October 18, 2017

Is Mary to Be Worshiped?

By Michael Garrison

That Mary, the mother of Jesus, is worshiped by Romans Catholics is both affirmed and denied by Catholic sources. In The Faith of Our Fathers, James Cardinal Gibbons, one time Archbishop of Baltimore, wrote: "The liturgies of the Church, being the established formularies of her (Mary) public worship. . . " (emphasis mine, m1g, p. 172, published in 1876). Yet, in the May 1, 1988 issue of Parade Magazine, in an advertisement published by the Knights of Columbus - the Catholic Information Service, they tell us that Catholics "do not worship her." Have Catholics changed since Mr. Gibbons wrote his book and which went through 110 editions? I think not!

I recently received information to "Join the Universe in Honoring Mary the Mother of God on Her Birthday September 8 and Throughout the Whole Year" from Catholics in Australia. We are also informed by the advertisement how long this celebration has been going on: "For over 1500 years Christians have kept September 8 as the birthday of the blessed Virgin Mary. It is of Eastern origin and was first celebrated in Jerusalem in the 5th century." But, that is too late to be in the "doctrine of Christ" (2 Jn. 9). To keep the birthday of Mary is to not do what 1 Peter 4:11 says: "If anyone speaks, let it be as with word of God." (Note: unless otherwise mentioned, all Scripture references are from the Saint Joseph New Catholic Edition of the Holy Bible, Confraternity Edition.) Let all be content with God's revealed will, "the faith once for all delivered to the saints" (Jude 3) and let us learn not to "transgress what is written" (1 Cor. 4:6).

We do realize that Jesus Christ is God (Jn. 1:1), but Mary is never called "the Mother of God" nor "The Mother of the Church" as Roman Catholics refer to her. Mary is referred to in the Bible as "mother of my Lord" (Lk. 1:43) and "mother of Jesus" (Jn. 2:1).

Certainly, the Scriptures teach the divine nature of Jesus as being existent from all eternity, and in no way dependent on Mary for his eternal being! In John 8:58, Jesus affirmed his eternal existence by saying, "I say to you, before Abraham came to be, I am." This is the same language God used to Moses to tell the Israelites who sent him (see Exod. 3:13-14). If Mary is designated as "The Mother of God" would not that imply she existed before God? If not, why not?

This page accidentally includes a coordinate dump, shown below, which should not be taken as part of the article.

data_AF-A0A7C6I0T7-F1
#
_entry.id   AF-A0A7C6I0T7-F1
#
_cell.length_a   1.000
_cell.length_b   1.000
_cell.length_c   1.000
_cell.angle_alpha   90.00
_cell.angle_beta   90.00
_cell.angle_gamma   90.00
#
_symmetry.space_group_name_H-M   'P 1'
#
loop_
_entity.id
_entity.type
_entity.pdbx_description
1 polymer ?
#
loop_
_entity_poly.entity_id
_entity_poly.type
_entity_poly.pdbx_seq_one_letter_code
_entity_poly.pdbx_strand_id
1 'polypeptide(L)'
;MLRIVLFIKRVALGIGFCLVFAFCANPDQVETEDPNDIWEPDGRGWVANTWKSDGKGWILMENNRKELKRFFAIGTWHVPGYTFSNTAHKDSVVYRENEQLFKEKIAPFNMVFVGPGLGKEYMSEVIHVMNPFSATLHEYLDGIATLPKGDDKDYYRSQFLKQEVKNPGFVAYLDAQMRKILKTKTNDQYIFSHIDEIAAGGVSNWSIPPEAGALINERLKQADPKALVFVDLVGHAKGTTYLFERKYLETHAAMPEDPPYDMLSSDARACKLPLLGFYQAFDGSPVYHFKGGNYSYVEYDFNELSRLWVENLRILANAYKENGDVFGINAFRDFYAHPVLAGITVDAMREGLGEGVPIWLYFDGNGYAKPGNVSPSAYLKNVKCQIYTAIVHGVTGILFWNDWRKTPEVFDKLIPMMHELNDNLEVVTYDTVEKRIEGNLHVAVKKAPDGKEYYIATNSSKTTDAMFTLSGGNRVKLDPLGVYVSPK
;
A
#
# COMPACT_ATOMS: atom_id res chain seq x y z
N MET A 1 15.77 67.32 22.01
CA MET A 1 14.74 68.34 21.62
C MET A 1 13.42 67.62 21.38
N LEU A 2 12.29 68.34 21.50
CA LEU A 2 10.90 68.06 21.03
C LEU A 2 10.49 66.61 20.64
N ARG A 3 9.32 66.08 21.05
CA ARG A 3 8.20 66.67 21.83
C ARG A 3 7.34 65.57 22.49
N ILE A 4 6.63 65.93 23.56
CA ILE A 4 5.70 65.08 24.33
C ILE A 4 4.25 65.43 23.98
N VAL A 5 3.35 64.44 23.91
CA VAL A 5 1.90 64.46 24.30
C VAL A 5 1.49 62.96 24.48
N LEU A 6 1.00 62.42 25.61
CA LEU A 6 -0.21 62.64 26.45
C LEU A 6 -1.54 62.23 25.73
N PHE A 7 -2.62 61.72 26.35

The only emphasis to Mary we find in the Spirit inspired Bible is that she was the mother of Jesus. ". . . concerning his Son who was born to him according to the flesh of the offspring of David"; "But when the fullness of time came, God sent his Son, born of a woman, born under the Law" (Rom. 13; Gal. 4:4). Let us abide in the Word!

That Mary was "blessed among women" (Lk. 1:43) we do not deny, but when Jesus was born in the flesh, and Mary fulfilled her motherly responsibilities to him, her part in God's divine plan was over. We do not worship her! When the apostle John worshiped an angel, the angel said, "Thou must not do that. I am a fellow-servant of thine and of thy brethren who give the testimony of Jesus. Worship God!" (Apocalypse, Revelation 19:10). Dare we not obey?! As blessed as Mary was to give birth to the fleshly body of Jesus, we should be aware that some are even more blessed! In Luke 11:27-28, we read, "Now it came to pass as he was saying these things, that a certain woman from the crowd lifted up her voice and said to him, 'Blessed is the womb that bore thee, and the breasts that nursed thee.' But he said, 'Rather, blessed are they who hear the word of God and keep it."' Catholics don't like this reading, so James Cardinal Gibbons in Faith of Our Fathers (p. 179) defines the word "rather" by "or yea, likewise." Thayer's Greek Lexicon informs us that the word "rather" means, "nay surely, any rather; three times in answers by which what was previously said is corrected" (p. 399). So, the idea is not likewise but rather.

In his fascinating two volume work, Catholicism Against Itself, O.C. Lambert has the following quote (Vol. 2, p. 124):

It is undeniable that the cult of Mary, like everything else of a delicate nature, has been subject to numerous exaggerations and corruptions. Yet Mariology, in spite of this, is bound up with the whole system of Catholic truths.

If I might add a final characteristic, I should say that this aspect of Catholicism has the distinctive mark of freedom. According to the faith and discipline of the Church, devotion to Mary is not necessary for the winning of God's love; otherwise, the first six centuries would stand condemned. The creeds hardly speak at all of the Virgin. The liturgy of the sacraments does not mention her. The prayers of the Mass rarely name her (The Virgin Mary, Guitton, 178-179).

Yet, in spite of the truth, the cult of Mariology has grown over the years to what we see today. It was not known for the first six centuries, as admitted by a Catholic writer! But, it is hoped that some with good and honest hearts will respond to the truth of God as given in the Bible. We can unite on that - but never can we unite on so-called traditions followed by the Roman Catholic Church. Let us ever ask for a "thus saith the Lord" in all things!

Guardian of Truth XXXIV: 3, p. 76
February 1, 1990

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